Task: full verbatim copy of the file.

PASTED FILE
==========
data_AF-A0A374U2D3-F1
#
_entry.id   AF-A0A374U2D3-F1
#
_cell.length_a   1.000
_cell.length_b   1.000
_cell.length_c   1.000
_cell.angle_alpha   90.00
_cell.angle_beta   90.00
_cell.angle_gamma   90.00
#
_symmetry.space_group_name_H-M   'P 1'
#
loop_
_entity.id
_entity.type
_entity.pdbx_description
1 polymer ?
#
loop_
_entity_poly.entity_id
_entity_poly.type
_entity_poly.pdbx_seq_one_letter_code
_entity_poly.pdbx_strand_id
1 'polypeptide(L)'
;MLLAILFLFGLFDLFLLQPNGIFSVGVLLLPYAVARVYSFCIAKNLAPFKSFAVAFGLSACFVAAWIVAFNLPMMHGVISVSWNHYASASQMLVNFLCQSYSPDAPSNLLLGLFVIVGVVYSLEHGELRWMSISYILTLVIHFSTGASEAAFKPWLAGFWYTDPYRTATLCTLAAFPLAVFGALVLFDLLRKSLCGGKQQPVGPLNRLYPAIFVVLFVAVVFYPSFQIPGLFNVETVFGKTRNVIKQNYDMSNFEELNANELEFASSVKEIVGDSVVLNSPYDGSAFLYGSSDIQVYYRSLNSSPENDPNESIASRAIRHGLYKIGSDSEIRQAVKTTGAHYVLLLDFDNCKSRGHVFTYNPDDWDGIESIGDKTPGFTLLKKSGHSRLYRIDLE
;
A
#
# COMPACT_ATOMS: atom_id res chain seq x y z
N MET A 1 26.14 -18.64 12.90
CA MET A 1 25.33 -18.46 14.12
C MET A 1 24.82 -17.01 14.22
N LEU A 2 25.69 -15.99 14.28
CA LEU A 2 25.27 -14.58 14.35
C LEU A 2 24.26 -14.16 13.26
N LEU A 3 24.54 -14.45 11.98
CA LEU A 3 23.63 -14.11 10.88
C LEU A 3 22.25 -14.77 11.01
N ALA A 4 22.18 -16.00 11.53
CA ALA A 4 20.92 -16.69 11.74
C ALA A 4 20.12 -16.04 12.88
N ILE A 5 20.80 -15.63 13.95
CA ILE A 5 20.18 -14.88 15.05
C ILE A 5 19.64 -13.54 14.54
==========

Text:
data_AF-A0A374U2D3-F1
#
_entry.id   AF-A0A374U2D3-F1
#
_cell.length_a   1.000
_cell.length_b   1.000
_cell.length_c   1.000
_cell.angle_alpha   90.00
_cell.angle_beta   90.00
_cell.angle_gamma   90.00
#
_symmetry.space_group_name_H-M   'P 1'
#
loop_
_entity.id
_entity.type
_entity.pdbx_description
1 polymer ?
#
loop_
_entity_poly.entity_id
_entity_poly.type
_entity_poly.pdbx_seq_one_letter_code
_entity_poly.pdbx_strand_id
1 'polypeptide(L)'
;MLLAILFLFGLFDLFLLQPNGIFSVGVLLLPYAVARVYSFCIAKNLAPFKSFAVAFGLSACFVAAWIVAFNLPMMHGVISVSWNHYASASQMLVNFLCQSYSPDAPSNLLLGLFVIVGVVYSLEHGELRWMSISYILTLVIHFSTGASEAAFKPWLAGFWYTDPYRTATLCTLAAFPLAVFGALVLFDLLRKSLCGGKQQPVGPLNRLYPAIFVVLFVAVVFYPSFQIPGLFNVETVFGKTRNVIKQNYDMSNFEELNANELEFASSVKEIVGDSVVLNSPYDGSAFLYGSSDIQVYYRSLNSSPENDPNESIASRAIRHGLYKIGSDSEIRQAVKTTGAHYVLLLDFDNCKSRGHVFTYNPDDWDGIESIGDKTPGFTLLKKSGHSRLYRIDLE
;
A
#
# COMPACT_ATOMS: atom_id res chain seq x y z
N MET A 1 26.14 -18.64 12.90
CA MET A 1 25.33 -18.46 14.12
C MET A 1 24.82 -17.01 14.22
N LEU A 2 25.69 -15.99 14.28
CA LEU A 2 25.27 -14.58 14.35
C LEU A 2 24.26 -14.16 13.26
N LEU A 3 24.54 -14.45 11.98
CA LEU A 3 23.63 -14.11 10.88
C LEU A 3 22.25 -14.77 11.01
N ALA A 4 22.18 -16.00 11.53
CA ALA A 4 20.92 -16.69 11.74
C ALA A 4 20.12 -16.04 12.88
N ILE A 5 20.80 -15.63 13.95
CA ILE A 5 20.18 -14.88 15.05
C ILE A 5 19.64 -13.54 14.54